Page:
This Drow tomfoolery all comes to a head in “The Battle for Eveningstar” — another straight-forward fight-fest through a burning village. It was pretty mindless, save for the fact that I had to light up bonfires to keep respawns from triggering. The instance finished with a rather epic fight against a super-tall spider-scorpion-thing and its Drow rider. Piece of cake — and another major chapter of Menace of the Underdark done!

Posted in General

Would I ever be an MMO guild officer again?

I don’t exactly recall how we got on the topic, but the other night in LOTRO kin chat we got to talking about officer roles. And in that conversation, it came out that a number of us normal kinship members were, at one time, officers in various MMO guilds. So we shared memories of that and also reasons why we weren’t interested in doing that again (at least for the time being).

In my salad days, I had a few stints as a guild officer and one or two leading small guilds. My time as a guildmaster wasn’t that interesting; usually it was just setting up community groups for Massively. But I was pretty heavily invested in being an officer in a couple World of Warcraft guilds as well as at least one LOTRO kinship. In fact, my very first blog was for my WoW guild’s entertainment.

But would I do it again? No, I don’t think so. Certainly not at this point in my life, where I’m measuring free time in precious 15-minute segments. My general maxim to volunteering is that if you can’t do something the right way and to the best of your abilities, don’t sign up. It doesn’t help anyone if you can only give a sporadic 20% of what’s needed.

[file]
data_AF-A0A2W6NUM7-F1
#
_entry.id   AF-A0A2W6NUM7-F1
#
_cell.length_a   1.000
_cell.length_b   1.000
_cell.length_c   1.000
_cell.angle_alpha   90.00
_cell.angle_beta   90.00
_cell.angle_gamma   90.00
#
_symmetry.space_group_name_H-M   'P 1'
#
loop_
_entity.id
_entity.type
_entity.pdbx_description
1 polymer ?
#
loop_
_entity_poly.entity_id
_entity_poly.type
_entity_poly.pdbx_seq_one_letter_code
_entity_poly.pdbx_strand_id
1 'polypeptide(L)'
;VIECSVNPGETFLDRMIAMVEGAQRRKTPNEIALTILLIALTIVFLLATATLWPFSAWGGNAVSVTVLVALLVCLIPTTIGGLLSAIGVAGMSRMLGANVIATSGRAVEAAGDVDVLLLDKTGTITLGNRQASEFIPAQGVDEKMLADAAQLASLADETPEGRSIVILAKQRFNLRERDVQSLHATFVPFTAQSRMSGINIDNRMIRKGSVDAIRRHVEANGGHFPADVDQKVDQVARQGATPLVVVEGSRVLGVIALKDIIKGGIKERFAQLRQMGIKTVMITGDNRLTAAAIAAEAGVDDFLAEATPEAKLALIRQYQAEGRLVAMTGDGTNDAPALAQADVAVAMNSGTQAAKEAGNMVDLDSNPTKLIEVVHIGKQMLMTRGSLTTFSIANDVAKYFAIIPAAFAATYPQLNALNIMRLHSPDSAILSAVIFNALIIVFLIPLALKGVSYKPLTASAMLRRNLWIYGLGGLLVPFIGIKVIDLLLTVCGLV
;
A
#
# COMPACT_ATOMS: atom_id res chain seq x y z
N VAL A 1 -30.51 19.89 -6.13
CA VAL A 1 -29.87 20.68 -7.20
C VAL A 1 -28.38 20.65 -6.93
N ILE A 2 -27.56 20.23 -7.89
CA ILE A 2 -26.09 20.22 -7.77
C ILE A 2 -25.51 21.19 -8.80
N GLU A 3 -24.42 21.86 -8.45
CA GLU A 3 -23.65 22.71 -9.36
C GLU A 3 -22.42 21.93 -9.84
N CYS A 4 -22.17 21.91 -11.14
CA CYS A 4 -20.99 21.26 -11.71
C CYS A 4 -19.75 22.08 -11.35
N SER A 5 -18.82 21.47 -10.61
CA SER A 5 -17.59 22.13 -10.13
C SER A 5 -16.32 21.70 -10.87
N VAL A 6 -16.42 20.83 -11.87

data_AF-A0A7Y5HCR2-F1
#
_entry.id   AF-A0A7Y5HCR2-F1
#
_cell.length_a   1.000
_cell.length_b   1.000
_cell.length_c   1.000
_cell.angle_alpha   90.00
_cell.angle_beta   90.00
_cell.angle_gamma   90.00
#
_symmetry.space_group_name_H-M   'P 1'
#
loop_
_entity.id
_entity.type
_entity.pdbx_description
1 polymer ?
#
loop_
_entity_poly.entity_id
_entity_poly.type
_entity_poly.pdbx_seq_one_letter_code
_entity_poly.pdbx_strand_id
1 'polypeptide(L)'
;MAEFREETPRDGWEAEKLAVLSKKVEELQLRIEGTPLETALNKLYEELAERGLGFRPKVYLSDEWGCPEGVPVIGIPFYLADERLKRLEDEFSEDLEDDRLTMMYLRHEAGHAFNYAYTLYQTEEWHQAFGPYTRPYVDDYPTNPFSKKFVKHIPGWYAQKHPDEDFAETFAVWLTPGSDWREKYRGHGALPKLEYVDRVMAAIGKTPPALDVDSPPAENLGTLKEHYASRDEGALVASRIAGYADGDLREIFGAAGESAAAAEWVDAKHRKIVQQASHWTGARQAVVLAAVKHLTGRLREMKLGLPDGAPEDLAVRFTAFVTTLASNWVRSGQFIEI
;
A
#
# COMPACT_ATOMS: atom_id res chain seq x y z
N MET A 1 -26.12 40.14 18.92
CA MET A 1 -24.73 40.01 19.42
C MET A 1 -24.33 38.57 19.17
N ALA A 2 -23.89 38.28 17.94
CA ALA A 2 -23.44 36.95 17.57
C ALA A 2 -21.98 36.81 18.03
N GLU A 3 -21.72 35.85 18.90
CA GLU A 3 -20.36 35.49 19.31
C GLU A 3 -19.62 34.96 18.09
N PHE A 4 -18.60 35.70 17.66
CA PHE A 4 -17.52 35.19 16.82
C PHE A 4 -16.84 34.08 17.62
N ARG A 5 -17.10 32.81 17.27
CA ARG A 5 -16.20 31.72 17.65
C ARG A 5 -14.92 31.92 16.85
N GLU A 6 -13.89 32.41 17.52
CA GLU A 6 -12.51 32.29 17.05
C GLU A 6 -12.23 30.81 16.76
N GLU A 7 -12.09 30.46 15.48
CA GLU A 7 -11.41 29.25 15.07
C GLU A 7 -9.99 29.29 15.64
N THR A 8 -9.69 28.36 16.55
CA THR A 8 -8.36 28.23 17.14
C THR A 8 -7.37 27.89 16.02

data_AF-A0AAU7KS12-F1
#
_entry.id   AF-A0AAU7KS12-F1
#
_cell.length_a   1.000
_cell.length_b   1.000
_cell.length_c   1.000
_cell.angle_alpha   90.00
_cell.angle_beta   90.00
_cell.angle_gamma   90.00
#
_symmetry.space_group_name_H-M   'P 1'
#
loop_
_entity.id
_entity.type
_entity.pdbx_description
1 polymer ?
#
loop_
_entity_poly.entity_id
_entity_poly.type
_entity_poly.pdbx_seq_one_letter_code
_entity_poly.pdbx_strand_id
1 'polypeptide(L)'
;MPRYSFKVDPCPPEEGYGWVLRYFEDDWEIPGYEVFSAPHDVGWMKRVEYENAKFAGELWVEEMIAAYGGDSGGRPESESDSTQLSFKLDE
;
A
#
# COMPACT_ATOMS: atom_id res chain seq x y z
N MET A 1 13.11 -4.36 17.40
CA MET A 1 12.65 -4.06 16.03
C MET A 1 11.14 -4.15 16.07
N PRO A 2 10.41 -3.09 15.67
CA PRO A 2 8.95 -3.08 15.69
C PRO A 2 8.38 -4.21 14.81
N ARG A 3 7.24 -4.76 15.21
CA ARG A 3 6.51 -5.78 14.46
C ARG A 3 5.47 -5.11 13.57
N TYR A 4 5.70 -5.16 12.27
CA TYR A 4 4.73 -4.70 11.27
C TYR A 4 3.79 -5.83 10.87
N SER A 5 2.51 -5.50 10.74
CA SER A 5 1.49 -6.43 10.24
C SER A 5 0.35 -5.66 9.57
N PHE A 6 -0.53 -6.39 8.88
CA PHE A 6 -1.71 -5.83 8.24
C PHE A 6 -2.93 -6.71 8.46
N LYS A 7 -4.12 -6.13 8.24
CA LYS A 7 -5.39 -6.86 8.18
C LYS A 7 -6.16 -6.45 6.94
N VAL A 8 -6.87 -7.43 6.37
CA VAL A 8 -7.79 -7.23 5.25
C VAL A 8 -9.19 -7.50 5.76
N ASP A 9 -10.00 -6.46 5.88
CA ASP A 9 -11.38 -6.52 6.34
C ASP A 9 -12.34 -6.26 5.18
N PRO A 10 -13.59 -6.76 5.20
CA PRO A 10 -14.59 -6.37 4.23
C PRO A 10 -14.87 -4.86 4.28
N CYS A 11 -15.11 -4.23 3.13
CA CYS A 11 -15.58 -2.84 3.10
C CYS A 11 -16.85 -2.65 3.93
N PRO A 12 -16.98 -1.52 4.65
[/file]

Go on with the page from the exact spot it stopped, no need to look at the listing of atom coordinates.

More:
And the thing about guild leadership is that it’s very, very time-intensive. Officers need to be present more often than not, which doesn’t really gel with my work schedule and family time. Most officers that I know tend to fall into the “we have more time than responsibilities” arena — no judgment, mind you. But a lot of at-home parents, retired folk, people on disability, or jobs that are part-time at best.

The other reason why I wouldn’t want to be an officer again is that it takes time out of your gaming while you’re in the game. You’re kind of always “on call” to lend advice and assistance, and that can be a little tiresome when it’s been a long day and you just want to log in and veg out doing your thing. I’d rather help people because I want to, anyway, not because it’s part of my in-game job description.

I’d love to hear from any of you — have you been or are you now a guild leader or officer? Is it worth the time investment to you?

Posted in Lord of the Rings Online

LOTRO: Bear moon rising

With all of the LOTRO anniversary gifts given out this season — seriously, I still can’t get over how *much* stuff SSG just handed out — perhaps the most significant for me was a trio of Valar boosts. There were two higher level boosts that went to the retail server, probably never to get used (but who knows). However, the level 50 one landed on Treebeard and gave me a intriguing yet agonizing choice. Who to use it on?